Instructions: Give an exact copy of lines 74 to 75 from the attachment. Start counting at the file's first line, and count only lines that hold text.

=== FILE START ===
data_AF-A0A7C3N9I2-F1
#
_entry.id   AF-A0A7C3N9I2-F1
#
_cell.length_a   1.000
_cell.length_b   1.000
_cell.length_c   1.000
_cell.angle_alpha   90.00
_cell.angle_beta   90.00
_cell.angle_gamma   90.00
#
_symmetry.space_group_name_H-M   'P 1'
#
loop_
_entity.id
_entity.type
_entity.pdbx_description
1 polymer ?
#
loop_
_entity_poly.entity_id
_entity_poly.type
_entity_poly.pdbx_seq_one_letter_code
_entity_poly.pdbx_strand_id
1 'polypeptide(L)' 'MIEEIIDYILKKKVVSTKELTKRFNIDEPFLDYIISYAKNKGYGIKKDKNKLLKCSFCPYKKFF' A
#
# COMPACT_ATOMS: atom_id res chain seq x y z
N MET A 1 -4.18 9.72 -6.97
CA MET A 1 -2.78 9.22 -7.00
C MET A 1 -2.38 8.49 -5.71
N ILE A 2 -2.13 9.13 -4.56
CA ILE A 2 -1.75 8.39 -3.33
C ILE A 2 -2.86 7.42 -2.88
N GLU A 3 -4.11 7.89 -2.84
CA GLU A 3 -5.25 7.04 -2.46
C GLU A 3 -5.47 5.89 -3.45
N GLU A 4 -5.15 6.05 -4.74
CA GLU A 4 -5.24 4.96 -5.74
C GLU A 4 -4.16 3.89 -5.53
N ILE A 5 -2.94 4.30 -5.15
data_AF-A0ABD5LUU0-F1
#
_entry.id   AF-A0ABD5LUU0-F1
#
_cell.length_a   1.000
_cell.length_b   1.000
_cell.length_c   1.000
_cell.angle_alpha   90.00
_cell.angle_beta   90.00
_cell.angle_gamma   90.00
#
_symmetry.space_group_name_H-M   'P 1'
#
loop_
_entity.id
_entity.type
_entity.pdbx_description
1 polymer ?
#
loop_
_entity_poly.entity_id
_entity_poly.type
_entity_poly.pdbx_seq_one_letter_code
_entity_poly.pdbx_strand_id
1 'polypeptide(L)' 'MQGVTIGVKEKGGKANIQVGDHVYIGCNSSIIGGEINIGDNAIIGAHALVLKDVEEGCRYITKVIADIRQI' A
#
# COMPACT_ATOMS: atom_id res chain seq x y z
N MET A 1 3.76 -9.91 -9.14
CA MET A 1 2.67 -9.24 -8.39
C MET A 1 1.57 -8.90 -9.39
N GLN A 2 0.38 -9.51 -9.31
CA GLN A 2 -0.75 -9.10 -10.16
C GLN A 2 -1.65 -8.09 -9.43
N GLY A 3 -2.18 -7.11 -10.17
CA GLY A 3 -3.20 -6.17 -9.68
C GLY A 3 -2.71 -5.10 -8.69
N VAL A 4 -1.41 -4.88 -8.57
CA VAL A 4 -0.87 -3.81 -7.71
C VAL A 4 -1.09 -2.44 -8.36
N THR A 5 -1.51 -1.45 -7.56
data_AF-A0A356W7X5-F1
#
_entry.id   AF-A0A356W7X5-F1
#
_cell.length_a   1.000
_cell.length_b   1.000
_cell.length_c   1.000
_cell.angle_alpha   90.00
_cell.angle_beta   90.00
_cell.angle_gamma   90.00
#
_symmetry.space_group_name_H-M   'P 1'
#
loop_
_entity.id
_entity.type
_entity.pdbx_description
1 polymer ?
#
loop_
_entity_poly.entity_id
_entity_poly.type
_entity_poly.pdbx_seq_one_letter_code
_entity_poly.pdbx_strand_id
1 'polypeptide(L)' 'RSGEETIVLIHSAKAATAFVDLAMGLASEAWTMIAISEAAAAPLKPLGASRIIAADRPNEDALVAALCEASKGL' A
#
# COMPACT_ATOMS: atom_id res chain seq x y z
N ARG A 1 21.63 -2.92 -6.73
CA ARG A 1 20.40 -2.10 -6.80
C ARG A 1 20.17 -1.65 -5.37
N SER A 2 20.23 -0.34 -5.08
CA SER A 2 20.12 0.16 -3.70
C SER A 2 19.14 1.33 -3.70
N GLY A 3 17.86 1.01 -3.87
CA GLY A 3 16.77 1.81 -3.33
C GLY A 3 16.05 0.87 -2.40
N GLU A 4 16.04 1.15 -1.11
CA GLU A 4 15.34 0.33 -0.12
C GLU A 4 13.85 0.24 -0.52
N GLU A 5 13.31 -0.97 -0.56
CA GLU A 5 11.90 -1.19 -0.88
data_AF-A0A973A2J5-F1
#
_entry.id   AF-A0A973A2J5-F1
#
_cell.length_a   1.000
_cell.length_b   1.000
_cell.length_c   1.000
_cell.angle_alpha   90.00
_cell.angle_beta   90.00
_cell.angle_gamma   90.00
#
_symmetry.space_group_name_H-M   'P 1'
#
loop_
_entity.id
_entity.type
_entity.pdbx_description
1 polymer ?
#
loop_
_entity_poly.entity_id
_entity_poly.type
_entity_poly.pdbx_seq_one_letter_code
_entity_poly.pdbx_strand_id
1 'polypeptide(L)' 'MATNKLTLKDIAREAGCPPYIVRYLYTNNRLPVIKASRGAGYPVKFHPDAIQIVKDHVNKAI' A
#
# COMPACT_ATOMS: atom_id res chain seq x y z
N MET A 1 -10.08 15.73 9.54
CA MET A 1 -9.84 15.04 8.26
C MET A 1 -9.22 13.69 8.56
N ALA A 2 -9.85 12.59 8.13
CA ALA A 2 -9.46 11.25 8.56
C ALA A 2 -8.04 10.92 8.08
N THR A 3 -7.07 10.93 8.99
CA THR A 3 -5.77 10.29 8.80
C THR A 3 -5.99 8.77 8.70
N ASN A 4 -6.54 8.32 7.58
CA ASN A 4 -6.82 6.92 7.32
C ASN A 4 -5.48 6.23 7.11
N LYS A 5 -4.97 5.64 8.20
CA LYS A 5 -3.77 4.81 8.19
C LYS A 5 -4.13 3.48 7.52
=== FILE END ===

N GLY A 3 -2.18 -7.11 -10.17
CA GLY A 3 -3.20 -6.17 -9.68